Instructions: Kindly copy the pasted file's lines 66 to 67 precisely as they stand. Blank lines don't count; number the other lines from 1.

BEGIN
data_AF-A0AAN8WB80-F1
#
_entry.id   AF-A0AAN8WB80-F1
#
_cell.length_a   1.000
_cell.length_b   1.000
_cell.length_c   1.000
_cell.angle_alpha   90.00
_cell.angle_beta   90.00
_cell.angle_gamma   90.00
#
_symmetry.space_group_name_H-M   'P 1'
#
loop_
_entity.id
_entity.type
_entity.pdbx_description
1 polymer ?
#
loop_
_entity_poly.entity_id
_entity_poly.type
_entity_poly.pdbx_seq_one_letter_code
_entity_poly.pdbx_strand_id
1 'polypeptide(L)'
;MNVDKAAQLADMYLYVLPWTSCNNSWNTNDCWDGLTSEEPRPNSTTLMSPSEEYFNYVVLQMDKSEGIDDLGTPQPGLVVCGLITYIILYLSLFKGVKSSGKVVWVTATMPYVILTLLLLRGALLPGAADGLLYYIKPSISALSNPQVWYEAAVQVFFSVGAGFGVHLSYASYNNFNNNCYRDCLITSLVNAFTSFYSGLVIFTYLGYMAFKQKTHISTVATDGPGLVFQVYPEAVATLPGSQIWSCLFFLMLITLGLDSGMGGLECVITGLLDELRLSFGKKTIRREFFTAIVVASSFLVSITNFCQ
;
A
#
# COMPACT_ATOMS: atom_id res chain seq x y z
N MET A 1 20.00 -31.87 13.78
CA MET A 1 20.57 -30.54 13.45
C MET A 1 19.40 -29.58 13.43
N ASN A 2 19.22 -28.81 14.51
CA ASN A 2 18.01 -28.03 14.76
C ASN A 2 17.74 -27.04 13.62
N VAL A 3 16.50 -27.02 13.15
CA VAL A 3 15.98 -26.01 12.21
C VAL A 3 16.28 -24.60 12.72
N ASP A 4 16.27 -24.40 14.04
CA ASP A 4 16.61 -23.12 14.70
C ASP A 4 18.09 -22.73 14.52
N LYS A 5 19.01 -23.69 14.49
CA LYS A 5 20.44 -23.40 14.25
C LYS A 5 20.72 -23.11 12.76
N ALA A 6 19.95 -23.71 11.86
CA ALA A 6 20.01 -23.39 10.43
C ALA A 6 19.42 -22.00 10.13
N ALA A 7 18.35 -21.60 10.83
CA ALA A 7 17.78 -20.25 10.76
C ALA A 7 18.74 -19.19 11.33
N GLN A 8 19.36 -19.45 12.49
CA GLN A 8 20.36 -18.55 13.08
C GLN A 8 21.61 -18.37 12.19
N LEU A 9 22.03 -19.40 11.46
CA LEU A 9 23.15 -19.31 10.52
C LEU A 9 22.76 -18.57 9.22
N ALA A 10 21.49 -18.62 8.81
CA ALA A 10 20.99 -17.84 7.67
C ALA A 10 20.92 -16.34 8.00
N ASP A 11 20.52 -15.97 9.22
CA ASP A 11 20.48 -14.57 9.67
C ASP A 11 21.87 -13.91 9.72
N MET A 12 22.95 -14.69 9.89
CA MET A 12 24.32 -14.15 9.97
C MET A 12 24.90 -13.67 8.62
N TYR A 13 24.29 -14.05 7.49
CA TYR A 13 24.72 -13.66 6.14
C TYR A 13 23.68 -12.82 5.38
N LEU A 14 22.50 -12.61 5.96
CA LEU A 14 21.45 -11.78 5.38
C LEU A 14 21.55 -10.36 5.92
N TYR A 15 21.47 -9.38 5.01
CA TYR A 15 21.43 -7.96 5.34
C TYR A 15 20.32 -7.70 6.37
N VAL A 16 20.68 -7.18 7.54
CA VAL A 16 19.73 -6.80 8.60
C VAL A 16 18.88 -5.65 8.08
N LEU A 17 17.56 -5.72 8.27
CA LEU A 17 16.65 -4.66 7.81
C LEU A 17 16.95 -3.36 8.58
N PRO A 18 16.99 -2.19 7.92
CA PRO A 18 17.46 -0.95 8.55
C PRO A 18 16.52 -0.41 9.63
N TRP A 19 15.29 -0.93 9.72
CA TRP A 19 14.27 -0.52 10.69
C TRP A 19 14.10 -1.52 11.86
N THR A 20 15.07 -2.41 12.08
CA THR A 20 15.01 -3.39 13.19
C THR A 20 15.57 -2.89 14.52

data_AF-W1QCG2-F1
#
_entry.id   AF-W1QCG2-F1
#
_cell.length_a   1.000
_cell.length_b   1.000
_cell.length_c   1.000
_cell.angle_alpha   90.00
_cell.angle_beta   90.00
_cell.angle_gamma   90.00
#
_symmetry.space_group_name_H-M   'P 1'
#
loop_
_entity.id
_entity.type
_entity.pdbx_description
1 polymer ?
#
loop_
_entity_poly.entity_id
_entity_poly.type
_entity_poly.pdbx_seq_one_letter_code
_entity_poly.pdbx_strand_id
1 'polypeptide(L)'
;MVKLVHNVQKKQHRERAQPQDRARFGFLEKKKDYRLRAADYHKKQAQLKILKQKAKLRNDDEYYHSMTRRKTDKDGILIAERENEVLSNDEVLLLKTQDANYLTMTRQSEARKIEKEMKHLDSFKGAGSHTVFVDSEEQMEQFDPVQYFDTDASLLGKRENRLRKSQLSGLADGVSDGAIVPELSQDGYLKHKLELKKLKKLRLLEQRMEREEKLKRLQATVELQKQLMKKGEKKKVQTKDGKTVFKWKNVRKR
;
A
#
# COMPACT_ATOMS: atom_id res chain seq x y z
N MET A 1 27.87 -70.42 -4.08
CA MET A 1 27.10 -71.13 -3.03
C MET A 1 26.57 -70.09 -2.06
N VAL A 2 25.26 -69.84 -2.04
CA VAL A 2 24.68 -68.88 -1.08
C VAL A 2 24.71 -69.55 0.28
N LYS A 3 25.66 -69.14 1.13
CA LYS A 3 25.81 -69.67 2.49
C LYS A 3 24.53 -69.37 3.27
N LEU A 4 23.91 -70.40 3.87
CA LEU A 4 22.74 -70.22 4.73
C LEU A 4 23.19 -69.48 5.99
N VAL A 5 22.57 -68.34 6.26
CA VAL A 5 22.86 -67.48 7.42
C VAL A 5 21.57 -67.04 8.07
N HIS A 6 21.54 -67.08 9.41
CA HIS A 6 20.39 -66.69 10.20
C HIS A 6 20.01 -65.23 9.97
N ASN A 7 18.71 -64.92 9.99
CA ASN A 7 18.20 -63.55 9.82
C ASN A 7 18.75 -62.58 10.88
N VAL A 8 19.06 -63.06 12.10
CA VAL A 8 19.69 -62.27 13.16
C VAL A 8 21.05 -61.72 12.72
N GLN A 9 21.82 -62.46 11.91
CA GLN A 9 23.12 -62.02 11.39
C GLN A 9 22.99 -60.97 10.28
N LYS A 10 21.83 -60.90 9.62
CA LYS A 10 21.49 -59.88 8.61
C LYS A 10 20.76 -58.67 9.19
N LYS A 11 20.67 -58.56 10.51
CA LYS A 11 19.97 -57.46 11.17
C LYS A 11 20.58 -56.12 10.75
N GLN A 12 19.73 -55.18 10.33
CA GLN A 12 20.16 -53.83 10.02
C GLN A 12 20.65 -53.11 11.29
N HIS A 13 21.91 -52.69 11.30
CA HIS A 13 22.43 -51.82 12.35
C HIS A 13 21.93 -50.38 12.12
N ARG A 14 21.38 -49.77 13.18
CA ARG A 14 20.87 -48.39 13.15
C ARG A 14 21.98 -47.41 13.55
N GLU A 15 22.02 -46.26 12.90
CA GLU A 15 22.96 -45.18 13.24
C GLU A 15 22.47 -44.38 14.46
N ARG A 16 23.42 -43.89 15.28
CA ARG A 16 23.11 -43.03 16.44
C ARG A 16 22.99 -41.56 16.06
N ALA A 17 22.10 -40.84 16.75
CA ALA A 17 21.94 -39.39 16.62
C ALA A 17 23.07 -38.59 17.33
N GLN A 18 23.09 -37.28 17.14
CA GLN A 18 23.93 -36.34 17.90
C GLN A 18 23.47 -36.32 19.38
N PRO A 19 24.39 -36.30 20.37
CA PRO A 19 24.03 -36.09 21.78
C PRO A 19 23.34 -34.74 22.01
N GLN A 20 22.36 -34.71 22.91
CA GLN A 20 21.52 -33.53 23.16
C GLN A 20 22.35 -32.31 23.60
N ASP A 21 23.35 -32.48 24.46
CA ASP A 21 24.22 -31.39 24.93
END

C MET A 12 24.90 -13.67 8.62
N TYR A 13 24.29 -14.05 7.49